Home News How crackdown on Haitians boosts Dominican leader’s re-election bid

How crackdown on Haitians boosts Dominican leader’s re-election bid

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Dominican Republic to deport tens of thousands of Haitians this year, despite ask UN prevents them from escaping gang-incited places Lawless.Dominican President Luis Abinader went a step further and established a border wall Relations between two countries sharing the Caribbean island of Hispaniola.

As Dominican voters cast their ballots in a general election on Sunday, an immigration crackdown, coupled with an anti-corruption campaign and a growing tourism industry, have made Abinader, who is seeking re-election, the clear front-runner.

The election showed how the Dominican Republic, one of Latin America’s best-performing economies, differentiates itself from the rest of the region, where many leaders who came to power around the same time as Mr. Abinadel have been criticized. dismal Agree Ratings.

Abinader’s controversial restrictions on Haitian immigration also highlight Dominica’s heavy-handed policy on immigration, which has made the Dominican Republic an outlier in the region.

“This is definitely not a ‘change’ election, like so many other recent elections in Latin America,” said Michael Shift, a senior fellow at the Washington-based research group Inter-American Dialogue.

credible opinion poll It shows that the vast majority of Dominicans approve of the tenure of Mr. Abinader, 56, a market-friendly former tourism executive.

He defeated a number of rivals in the race, including his closest rival, three-term former President Leonel Fernández, and was within striking distance of a first-round victory on Sunday.

If no candidate receives more than 50% of the vote, a runoff election will be held. Large numbers of the Dominican diaspora are allowed to vote in elections, with more than 600,000 eligible voters in the United States and more than 100,000 in Spain.

Mr. Abinader’s support owes much to his anti-corruption initiatives.he Win first term in 2020 has vowed to root out long-standing corruption in the political culture of the Dominican Republic, a country of 11.2 million people.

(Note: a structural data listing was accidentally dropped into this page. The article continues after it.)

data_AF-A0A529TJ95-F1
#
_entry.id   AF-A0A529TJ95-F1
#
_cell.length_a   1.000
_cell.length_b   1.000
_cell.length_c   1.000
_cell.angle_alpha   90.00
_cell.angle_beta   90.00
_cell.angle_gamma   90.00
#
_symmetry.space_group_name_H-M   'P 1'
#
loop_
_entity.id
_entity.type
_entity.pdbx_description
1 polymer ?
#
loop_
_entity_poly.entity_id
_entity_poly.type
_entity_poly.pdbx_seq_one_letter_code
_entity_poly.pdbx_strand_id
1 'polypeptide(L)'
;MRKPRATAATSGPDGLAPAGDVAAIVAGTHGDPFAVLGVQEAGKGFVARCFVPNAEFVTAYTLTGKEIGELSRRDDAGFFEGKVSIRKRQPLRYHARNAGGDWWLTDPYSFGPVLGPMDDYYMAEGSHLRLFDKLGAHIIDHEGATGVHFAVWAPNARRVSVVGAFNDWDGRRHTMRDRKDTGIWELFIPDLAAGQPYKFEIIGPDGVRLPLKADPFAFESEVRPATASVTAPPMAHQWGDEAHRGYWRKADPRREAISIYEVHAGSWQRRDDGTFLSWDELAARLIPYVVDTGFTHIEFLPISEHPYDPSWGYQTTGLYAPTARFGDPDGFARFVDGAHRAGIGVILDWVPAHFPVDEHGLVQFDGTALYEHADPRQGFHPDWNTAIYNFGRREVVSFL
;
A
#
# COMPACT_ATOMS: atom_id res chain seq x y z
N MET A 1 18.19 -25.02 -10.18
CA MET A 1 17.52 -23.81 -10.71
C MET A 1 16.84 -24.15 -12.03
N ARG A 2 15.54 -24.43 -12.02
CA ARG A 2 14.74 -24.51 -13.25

He appointed former Supreme Court justice Miriam Germán as attorney general. She oversaw investigations that ensnared senior officials from the previous administration, including a former attorney general and a former treasury secretary.

The investigation has focused largely on opponents of Abinader, fueling criticism that his own government has survived. But other initiatives, such as the passage of the Asset Forfeiture Act of 2022, raise hope for lasting change. Forfeiture laws are viewed as an important and groundbreaking tool for disrupting and destroying criminal enterprises and depriving them of the property acquired through illegal activities.

Dominican political analyst Rosario Espinal said Mr. Abinader could have won re-election simply by focusing on the fight against corruption, as he did in 2020, “but would not have achieved the success he wanted.” advantage”.

Ms. Espinal said Mr. Abinadel instead supported nativist immigration policies traditionally pushed by the Dominican far right. “He needed to find a new topic that resonated,” she said. “He discovered that in his migration.”

Exploiting anti-Haitian sentiment is nothing new in the Dominican Republic.

Rafael Trujillo, the xenophobic dictator who ruled the country from 1930 to 1961, institutionalized a campaign to portray Haitians as racial inferiors and in 1937 ordered massacre Thousands of Haitians and Dominicans are of Haitian ancestry.